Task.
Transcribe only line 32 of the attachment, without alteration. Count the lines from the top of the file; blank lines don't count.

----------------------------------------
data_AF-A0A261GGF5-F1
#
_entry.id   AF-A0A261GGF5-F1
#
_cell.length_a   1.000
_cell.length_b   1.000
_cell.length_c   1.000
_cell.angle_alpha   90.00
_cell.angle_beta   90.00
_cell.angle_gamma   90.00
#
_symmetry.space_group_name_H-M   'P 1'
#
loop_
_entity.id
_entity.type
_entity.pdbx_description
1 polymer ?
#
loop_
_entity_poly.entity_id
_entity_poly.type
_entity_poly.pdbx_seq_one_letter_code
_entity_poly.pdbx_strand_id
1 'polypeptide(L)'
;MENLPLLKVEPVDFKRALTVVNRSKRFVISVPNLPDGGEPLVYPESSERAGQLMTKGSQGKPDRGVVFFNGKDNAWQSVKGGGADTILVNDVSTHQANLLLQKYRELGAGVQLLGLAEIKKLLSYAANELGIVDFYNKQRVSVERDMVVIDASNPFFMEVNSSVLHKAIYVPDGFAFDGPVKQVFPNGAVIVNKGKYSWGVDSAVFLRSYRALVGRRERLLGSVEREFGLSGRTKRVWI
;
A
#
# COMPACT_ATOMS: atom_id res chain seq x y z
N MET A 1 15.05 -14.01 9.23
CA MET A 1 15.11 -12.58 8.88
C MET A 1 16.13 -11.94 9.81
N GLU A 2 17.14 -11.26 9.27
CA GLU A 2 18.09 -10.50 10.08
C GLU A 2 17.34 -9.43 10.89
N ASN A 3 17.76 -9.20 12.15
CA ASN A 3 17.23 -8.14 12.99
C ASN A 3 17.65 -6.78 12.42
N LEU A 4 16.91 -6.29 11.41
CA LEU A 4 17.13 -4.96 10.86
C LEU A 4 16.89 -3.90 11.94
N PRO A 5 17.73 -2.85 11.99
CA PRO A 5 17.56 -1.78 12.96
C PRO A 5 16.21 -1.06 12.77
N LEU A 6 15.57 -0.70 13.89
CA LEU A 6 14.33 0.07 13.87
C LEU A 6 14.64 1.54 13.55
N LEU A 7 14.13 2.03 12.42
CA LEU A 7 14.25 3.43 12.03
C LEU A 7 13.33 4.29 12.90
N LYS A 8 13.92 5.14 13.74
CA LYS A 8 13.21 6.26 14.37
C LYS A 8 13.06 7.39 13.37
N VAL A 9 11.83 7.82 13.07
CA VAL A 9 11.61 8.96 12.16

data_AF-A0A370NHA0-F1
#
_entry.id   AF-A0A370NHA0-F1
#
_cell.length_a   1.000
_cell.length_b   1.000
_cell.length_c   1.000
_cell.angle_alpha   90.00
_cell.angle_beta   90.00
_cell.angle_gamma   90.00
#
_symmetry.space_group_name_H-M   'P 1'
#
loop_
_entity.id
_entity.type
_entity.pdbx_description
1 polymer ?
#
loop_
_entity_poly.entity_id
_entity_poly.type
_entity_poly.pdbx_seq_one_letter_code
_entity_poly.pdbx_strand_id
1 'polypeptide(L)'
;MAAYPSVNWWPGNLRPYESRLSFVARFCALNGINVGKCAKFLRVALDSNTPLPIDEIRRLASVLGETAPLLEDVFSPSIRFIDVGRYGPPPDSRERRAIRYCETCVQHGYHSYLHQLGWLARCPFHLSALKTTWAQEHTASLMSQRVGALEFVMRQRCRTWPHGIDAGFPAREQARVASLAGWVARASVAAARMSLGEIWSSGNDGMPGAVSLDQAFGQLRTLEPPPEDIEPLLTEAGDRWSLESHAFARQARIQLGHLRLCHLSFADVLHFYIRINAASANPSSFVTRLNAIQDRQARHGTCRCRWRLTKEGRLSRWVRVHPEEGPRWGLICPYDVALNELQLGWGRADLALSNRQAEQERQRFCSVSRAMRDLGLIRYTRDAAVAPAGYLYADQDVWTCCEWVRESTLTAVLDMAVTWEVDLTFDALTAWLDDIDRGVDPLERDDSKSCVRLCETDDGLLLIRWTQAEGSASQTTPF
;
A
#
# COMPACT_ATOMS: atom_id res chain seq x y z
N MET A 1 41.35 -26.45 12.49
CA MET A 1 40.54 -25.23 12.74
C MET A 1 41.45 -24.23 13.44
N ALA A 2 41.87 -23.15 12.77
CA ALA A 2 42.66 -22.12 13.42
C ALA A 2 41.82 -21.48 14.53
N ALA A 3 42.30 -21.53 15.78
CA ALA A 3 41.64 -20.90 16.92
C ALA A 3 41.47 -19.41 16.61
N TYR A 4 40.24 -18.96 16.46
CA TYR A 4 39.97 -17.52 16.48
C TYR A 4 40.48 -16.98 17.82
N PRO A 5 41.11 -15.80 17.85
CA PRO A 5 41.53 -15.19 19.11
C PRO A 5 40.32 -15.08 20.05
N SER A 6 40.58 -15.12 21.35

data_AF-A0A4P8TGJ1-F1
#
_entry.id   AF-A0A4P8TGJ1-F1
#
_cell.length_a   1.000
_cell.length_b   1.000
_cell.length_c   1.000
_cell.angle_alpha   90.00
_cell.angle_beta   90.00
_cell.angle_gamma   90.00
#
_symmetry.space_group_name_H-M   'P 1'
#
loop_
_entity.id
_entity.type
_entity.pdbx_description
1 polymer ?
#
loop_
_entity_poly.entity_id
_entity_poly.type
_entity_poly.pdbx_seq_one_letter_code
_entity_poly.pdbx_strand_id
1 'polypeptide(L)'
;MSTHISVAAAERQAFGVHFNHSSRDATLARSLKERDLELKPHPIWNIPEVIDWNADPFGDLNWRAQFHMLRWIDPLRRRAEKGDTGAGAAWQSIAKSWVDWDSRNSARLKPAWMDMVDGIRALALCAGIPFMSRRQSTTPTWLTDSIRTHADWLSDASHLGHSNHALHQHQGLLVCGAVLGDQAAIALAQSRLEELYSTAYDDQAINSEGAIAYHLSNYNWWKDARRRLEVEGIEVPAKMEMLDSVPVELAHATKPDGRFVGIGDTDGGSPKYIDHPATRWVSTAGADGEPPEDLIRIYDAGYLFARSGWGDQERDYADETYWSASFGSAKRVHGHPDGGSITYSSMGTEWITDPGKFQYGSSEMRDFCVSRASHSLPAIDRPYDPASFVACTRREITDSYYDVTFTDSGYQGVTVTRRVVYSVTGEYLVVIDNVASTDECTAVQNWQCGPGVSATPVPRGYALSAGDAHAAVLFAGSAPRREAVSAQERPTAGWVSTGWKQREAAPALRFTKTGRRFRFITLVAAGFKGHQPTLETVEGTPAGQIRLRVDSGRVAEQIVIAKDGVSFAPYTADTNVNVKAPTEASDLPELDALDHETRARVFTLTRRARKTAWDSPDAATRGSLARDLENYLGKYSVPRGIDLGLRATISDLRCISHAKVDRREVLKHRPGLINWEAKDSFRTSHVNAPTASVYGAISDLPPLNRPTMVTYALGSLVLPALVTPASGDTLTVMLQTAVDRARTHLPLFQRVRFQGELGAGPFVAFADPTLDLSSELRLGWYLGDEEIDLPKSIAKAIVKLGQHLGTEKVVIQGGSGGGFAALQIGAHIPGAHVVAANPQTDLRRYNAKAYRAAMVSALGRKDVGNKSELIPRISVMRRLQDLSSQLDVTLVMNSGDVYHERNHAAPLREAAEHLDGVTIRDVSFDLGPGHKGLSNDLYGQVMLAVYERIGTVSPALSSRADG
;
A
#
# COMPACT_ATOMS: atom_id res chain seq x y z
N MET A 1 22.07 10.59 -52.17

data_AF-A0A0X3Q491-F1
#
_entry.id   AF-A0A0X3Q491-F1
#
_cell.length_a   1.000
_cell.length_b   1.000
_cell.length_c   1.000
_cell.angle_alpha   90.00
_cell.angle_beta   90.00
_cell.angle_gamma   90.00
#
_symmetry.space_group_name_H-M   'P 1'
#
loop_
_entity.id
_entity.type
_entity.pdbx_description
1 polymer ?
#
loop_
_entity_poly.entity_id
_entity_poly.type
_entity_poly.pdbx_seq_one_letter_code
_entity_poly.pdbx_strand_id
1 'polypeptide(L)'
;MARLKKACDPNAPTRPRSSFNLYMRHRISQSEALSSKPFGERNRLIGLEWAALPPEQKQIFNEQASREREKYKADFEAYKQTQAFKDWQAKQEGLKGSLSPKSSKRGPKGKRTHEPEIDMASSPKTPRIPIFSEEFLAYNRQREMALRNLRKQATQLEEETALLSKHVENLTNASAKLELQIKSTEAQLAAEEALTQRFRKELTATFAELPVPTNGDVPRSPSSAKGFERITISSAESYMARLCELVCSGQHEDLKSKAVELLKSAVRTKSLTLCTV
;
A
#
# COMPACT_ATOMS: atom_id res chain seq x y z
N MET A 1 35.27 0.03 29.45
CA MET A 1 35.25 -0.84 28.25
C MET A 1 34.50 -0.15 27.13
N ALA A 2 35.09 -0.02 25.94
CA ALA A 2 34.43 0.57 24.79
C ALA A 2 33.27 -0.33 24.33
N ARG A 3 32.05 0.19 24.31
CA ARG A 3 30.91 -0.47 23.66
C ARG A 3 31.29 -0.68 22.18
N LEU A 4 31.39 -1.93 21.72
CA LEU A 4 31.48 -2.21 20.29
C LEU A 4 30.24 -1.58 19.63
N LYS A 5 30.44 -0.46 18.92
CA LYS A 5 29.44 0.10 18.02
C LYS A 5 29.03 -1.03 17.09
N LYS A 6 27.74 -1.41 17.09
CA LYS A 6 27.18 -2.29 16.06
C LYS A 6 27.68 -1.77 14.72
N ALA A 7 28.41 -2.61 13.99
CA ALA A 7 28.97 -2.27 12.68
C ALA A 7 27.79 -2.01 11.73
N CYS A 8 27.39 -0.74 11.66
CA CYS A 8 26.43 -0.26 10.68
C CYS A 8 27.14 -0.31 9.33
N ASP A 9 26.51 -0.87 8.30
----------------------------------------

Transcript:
CA MET A 1 15.11 -12.58 8.88